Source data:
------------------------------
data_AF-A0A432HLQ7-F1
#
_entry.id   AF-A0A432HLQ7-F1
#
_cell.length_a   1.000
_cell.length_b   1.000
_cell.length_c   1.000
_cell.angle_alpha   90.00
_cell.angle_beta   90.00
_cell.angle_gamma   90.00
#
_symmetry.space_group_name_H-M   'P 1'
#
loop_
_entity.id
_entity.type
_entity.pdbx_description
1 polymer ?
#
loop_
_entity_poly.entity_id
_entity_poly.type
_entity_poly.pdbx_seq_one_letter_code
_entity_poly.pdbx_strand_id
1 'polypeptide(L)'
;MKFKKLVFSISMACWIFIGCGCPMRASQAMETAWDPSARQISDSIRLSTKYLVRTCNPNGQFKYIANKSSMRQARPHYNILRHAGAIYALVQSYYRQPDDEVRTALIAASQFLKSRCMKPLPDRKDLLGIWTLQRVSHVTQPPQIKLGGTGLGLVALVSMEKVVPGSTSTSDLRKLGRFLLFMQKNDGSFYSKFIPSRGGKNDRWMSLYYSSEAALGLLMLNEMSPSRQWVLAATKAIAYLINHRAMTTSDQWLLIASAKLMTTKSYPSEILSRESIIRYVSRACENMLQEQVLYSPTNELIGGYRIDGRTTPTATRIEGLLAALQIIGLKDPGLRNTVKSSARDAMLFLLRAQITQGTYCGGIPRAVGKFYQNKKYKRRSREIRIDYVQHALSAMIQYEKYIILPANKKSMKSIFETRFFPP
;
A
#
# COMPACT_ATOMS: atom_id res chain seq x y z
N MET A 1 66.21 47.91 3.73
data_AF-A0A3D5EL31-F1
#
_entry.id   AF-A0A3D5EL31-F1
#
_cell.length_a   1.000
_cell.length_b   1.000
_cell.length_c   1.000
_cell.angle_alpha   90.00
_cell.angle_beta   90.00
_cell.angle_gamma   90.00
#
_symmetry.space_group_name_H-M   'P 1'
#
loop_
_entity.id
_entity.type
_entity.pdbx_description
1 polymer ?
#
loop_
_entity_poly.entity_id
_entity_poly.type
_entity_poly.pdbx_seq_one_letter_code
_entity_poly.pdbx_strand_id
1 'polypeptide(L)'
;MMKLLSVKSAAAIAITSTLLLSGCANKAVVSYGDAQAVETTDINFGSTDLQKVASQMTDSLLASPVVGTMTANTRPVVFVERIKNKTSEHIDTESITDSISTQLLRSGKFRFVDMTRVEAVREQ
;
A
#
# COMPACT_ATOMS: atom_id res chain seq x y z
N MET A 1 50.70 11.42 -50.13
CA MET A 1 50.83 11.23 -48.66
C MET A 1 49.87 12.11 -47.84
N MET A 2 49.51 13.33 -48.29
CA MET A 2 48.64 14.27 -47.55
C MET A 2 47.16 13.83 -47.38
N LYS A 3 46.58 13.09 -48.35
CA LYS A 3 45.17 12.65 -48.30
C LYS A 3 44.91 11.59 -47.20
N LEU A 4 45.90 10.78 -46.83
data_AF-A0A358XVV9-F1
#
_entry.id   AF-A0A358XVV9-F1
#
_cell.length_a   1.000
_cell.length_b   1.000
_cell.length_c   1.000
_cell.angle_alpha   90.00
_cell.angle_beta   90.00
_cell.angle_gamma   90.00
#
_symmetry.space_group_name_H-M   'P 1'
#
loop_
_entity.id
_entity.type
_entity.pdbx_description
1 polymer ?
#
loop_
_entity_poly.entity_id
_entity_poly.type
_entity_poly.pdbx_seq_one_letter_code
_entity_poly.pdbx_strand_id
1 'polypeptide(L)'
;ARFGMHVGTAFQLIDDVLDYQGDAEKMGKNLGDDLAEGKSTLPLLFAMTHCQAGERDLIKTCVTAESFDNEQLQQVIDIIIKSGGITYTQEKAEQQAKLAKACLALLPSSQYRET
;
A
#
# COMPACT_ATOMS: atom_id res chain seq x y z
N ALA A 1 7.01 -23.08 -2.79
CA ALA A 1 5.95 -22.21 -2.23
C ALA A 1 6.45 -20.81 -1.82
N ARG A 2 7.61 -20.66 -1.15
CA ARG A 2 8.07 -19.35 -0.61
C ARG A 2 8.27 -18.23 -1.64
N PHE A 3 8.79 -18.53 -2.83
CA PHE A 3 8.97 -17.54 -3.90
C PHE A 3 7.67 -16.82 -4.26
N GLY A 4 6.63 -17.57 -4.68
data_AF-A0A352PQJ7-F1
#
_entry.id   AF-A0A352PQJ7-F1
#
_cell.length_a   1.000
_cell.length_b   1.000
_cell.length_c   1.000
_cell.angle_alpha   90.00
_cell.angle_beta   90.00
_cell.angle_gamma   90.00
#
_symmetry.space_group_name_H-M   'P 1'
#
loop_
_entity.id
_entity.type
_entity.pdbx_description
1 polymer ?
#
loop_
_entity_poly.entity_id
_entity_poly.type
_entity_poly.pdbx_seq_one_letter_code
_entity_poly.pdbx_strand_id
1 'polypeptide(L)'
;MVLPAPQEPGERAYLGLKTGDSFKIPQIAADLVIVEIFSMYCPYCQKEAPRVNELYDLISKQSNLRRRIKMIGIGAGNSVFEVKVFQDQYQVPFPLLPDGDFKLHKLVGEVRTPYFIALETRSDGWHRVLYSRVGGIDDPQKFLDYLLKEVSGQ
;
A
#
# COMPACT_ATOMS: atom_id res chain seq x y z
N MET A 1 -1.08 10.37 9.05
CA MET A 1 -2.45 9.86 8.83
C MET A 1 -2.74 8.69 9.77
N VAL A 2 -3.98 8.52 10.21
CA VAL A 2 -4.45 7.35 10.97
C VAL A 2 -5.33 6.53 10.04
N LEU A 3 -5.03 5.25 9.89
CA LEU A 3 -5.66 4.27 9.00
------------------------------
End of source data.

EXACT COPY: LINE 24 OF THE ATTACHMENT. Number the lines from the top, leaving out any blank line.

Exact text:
_entity_poly.pdbx_strand_id